(NaturalNews) A new study with far reaching implications has gone a long way in explaining why women get breast cancer and how they can prevent the disease and its recurrence. Scientists have found evidence that hormonal balance is key in determining whether or not a malignant growth will occur in a woman's breast. Critical to the outcome is whether receptors in the body for estrogen, progesterone, and testosterone are fully functioning.
A steroid hormone receptor is a protein located on the surface or in the interior of a cell that binds to a specific hormone, causing many changes to take place in the cell. The binding of hormones to their receptors triggers biophysical signals that can lead to further signal transduction pathways and the switching on or off of genes. Estrogen receptors are activated by the hormone17-beta estradiol, the most aggressive form of estrogen. Progesterone receptors are activated by the hormone progesterone, and androgen receptors are activated by the hormones testosterone and dihydrotestosterone (DHT).
Team of scientists begins to explain the real connection between hormones and breast cancer
A research team composed of scientists from several parts of the world assessed androgen receptor status in a cohort of 215 women with invasive ductal breast cancers. Both androgen and estrogen receptors were expressed in 80 to 90 percent of the breast tumor cells. Their findings were published in the July 28th edition of the prestigious journal Cancer Research.
Using measures of analysis and regression models the team found that the androgen receptors were an independent prognostic factor. Women with estrogen positive cancers that expressed a low level of androgen receptors (less than median of 75% positive cells) had a 4.6 fold increased risk of cancer-related death.
Additional assessment with breast cancer cell lines showed that the ability of the androgen receptor to bind DNA was both necessary and sufficient for inhibiting estrogen receptor signaling. In the interaction of the androgen receptor with estrogen responsiveness, the action of the progesterone receptor promoter was critical. These finding led the scientists to conclude that androgen receptors activate target genes to mediate the stimulatory effects of 17 beta-estradiol on breast cancer cells.
One question arising from this study is why women have low levels of androgen receptors. The answer has yet to be documented, but evidence points to the hormones that activate these receptors. When levels of the sex hormones begin to decline, there is not enough to keep a high level of receptors activated, leading to atrophy of the receptors and rising risk of breast cancer.
This is a groundbreaking study of the highest importance for women looking for answers. It points to the conclusion that a full complement of the sex hormones (estrogen, progesterone and testosterone) and their receptors is what keeps away breast cancer. It provides a reason why breast cancer is not seen in teenage girls, a time when all of the hormones are at optimal levels, and it is a powerful vindication of nature's human design. It also serves as a strong warning to pharmaceutical companies telling them they are headed in exactly the wrong direction with their cancer prevention and treatment protocols.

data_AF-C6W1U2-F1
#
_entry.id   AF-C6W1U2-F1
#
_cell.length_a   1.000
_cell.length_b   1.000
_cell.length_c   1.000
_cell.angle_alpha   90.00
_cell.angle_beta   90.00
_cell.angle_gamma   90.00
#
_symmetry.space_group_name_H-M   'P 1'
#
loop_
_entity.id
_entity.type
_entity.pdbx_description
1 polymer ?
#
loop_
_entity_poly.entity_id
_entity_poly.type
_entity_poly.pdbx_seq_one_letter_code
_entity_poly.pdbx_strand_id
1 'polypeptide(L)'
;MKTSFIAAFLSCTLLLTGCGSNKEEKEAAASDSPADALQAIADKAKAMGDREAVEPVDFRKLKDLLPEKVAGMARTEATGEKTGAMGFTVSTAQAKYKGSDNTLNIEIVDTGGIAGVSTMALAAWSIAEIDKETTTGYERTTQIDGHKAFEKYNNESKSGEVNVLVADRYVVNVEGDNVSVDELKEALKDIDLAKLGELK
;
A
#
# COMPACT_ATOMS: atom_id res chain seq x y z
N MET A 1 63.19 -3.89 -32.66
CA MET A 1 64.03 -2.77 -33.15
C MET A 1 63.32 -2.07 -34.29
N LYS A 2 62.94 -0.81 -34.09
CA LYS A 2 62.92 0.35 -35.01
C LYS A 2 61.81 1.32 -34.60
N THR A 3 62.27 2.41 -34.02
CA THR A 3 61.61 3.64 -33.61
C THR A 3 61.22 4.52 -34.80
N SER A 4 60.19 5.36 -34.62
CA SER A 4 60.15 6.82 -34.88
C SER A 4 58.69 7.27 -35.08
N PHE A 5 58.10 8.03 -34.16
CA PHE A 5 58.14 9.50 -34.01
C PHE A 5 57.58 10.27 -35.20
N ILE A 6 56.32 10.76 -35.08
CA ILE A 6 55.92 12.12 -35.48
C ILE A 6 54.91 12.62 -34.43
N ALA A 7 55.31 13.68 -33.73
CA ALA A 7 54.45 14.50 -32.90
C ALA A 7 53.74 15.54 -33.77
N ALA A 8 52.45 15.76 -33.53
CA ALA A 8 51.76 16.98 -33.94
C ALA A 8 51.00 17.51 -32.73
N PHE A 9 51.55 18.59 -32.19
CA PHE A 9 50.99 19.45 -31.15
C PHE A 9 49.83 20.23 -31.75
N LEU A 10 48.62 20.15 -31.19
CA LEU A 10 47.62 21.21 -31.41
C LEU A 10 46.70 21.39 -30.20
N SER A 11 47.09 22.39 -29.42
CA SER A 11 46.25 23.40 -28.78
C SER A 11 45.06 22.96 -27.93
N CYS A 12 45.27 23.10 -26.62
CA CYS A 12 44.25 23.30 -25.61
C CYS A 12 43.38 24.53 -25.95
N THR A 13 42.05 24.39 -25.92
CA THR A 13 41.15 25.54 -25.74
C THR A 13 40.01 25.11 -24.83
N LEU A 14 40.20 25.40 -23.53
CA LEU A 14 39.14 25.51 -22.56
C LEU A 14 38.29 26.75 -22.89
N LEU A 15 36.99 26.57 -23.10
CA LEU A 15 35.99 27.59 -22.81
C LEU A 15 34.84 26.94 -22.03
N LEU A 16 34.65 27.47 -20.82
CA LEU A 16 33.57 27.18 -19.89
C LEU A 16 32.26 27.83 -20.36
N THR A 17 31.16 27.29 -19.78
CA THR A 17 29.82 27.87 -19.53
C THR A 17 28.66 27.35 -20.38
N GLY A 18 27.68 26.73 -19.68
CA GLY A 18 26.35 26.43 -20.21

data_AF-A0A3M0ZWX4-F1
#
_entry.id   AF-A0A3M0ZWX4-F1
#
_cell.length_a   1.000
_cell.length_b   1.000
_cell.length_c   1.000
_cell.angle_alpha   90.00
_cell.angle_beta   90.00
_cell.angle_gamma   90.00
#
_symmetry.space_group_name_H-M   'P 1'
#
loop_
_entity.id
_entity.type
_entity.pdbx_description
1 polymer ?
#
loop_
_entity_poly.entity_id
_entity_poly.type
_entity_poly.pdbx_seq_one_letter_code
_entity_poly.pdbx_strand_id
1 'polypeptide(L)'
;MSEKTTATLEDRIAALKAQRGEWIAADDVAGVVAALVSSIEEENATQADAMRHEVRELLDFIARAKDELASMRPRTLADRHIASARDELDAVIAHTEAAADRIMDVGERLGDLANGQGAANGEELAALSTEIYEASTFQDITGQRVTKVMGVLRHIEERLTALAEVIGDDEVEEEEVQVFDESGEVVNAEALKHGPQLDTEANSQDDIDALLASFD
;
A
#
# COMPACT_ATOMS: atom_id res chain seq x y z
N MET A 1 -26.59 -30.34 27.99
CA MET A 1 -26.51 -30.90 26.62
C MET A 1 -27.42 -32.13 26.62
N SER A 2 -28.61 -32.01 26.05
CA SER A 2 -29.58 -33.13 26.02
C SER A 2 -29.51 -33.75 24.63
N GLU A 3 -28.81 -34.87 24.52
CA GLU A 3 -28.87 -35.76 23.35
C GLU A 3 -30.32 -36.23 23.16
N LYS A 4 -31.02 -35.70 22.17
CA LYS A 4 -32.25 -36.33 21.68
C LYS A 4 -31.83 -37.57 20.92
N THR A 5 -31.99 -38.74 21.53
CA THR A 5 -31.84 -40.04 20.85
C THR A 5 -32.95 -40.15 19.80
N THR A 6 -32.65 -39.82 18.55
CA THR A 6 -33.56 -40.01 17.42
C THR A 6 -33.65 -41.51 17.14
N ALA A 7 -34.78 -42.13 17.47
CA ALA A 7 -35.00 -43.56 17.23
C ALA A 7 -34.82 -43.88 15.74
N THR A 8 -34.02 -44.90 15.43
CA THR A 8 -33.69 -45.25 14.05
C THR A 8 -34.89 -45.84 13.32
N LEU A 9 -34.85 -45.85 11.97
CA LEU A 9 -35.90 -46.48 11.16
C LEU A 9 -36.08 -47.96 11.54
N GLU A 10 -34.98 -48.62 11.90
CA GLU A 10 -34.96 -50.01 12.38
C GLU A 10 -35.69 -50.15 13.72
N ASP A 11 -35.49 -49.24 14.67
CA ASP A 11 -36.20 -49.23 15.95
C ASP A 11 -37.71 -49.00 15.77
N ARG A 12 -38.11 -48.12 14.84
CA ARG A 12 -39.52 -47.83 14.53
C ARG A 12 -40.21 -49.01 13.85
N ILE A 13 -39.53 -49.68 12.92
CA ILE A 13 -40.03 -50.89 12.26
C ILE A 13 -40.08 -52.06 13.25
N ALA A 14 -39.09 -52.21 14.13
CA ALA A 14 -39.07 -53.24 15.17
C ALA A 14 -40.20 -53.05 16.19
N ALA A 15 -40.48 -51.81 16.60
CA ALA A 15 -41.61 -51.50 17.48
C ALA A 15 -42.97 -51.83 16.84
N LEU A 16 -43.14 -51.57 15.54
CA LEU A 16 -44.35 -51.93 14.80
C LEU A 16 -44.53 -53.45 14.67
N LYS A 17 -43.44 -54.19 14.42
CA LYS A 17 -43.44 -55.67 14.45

Estrogen is just the beginning of the story
It has been long known that there is a connection between estrogen and breast cancer. Estrogen is what fuels the growth of breast tissue in the developing young woman. But in older women estrogen has been thought to fuel the development of growth gone awry, in the form of breast cancer. The answer of drug companies has been to declare that nature made a big mistake in giving women estrogen. According to their propaganda, estrogen is really the enemy of women and must be suppressed with drugs to avoid breast cancer.
This study shows that there is a very good reason why breast cancer does not show up until women reach the age of hormonal imbalance and decline. According to the American Cancer Society, 97 percent of women diagnosed with breast cancer are over the age of 40, with 64 being the average age at the time of diagnosis. Age 40 is the time when hormonal decline gets going to the point where it needs a special name, peri-menopause.
By the time a woman reaches age 64, she has completed menopause and is likely to be in a state of severe hormone insufficiency. Since breast tumors can take as long as 20 years to develop to a size detectable on a mammogram, this means tumors are initiated during a woman's mid 40's, showing that tumor growth begins just at the time hormonal decline swings into high gear.
Initially women complaining of the symptoms of hormone deficiency were given conjugated estrogen drugs, but research showed that latent tumors could blossom in just months when equine estrogen was given alone. So doctors added a synthetic progesterone drug, known as progestin to the mix. This combo didn't make small tumors grow big in a matter of months, but it led to a huge increase in overall breast cancer diagnoses. This was documented in the Women's Health Initiative Study in 2002. When women heard about the results of the study, they threw out their hormone drugs, but overall breast cancer rates have not declined. What most doctors failed to understand was that testosterone is the third part of the equation.